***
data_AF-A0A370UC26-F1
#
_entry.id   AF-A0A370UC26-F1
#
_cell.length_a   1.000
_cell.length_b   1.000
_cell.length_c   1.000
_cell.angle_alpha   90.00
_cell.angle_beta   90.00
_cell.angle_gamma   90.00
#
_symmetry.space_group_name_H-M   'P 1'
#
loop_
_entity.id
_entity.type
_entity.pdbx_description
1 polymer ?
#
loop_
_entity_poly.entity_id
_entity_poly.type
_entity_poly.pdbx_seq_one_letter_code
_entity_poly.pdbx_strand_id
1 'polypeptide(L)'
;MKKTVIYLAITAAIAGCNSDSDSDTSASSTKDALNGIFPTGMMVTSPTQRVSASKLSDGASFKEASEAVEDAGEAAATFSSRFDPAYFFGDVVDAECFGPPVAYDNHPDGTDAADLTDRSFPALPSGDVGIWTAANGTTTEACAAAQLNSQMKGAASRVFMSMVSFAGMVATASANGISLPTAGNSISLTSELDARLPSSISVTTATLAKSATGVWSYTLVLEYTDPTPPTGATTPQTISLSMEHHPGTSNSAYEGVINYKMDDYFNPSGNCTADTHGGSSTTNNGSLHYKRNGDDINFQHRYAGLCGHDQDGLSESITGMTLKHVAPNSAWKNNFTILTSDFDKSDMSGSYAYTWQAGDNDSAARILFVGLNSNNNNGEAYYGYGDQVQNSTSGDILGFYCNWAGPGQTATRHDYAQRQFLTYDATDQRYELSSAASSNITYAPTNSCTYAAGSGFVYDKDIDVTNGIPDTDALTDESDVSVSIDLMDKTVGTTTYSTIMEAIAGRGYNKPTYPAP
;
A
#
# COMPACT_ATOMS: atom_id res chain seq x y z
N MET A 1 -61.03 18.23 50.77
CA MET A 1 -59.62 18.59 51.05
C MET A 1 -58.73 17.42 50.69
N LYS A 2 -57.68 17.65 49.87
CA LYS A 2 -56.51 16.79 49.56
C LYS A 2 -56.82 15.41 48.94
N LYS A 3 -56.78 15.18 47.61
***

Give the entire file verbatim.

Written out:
data_AF-A0A370UC26-F1
#
_entry.id   AF-A0A370UC26-F1
#
_cell.length_a   1.000
_cell.length_b   1.000
_cell.length_c   1.000
_cell.angle_alpha   90.00
_cell.angle_beta   90.00
_cell.angle_gamma   90.00
#
_symmetry.space_group_name_H-M   'P 1'
#
loop_
_entity.id
_entity.type
_entity.pdbx_description
1 polymer ?
#
loop_
_entity_poly.entity_id
_entity_poly.type
_entity_poly.pdbx_seq_one_letter_code
_entity_poly.pdbx_strand_id
1 'polypeptide(L)'
;MKKTVIYLAITAAIAGCNSDSDSDTSASSTKDALNGIFPTGMMVTSPTQRVSASKLSDGASFKEASEAVEDAGEAAATFSSRFDPAYFFGDVVDAECFGPPVAYDNHPDGTDAADLTDRSFPALPSGDVGIWTAANGTTTEACAAAQLNSQMKGAASRVFMSMVSFAGMVATASANGISLPTAGNSISLTSELDARLPSSISVTTATLAKSATGVWSYTLVLEYTDPTPPTGATTPQTISLSMEHHPGTSNSAYEGVINYKMDDYFNPSGNCTADTHGGSSTTNNGSLHYKRNGDDINFQHRYAGLCGHDQDGLSESITGMTLKHVAPNSAWKNNFTILTSDFDKSDMSGSYAYTWQAGDNDSAARILFVGLNSNNNNGEAYYGYGDQVQNSTSGDILGFYCNWAGPGQTATRHDYAQRQFLTYDATDQRYELSSAASSNITYAPTNSCTYAAGSGFVYDKDIDVTNGIPDTDALTDESDVSVSIDLMDKTVGTTTYSTIMEAIAGRGYNKPTYPAP
;
A
#
# COMPACT_ATOMS: atom_id res chain seq x y z
N MET A 1 -61.03 18.23 50.77
CA MET A 1 -59.62 18.59 51.05
C MET A 1 -58.73 17.42 50.69
N LYS A 2 -57.68 17.65 49.87
CA LYS A 2 -56.51 16.79 49.56
C LYS A 2 -56.82 15.41 48.94
N LYS A 3 -56.78 15.18 47.61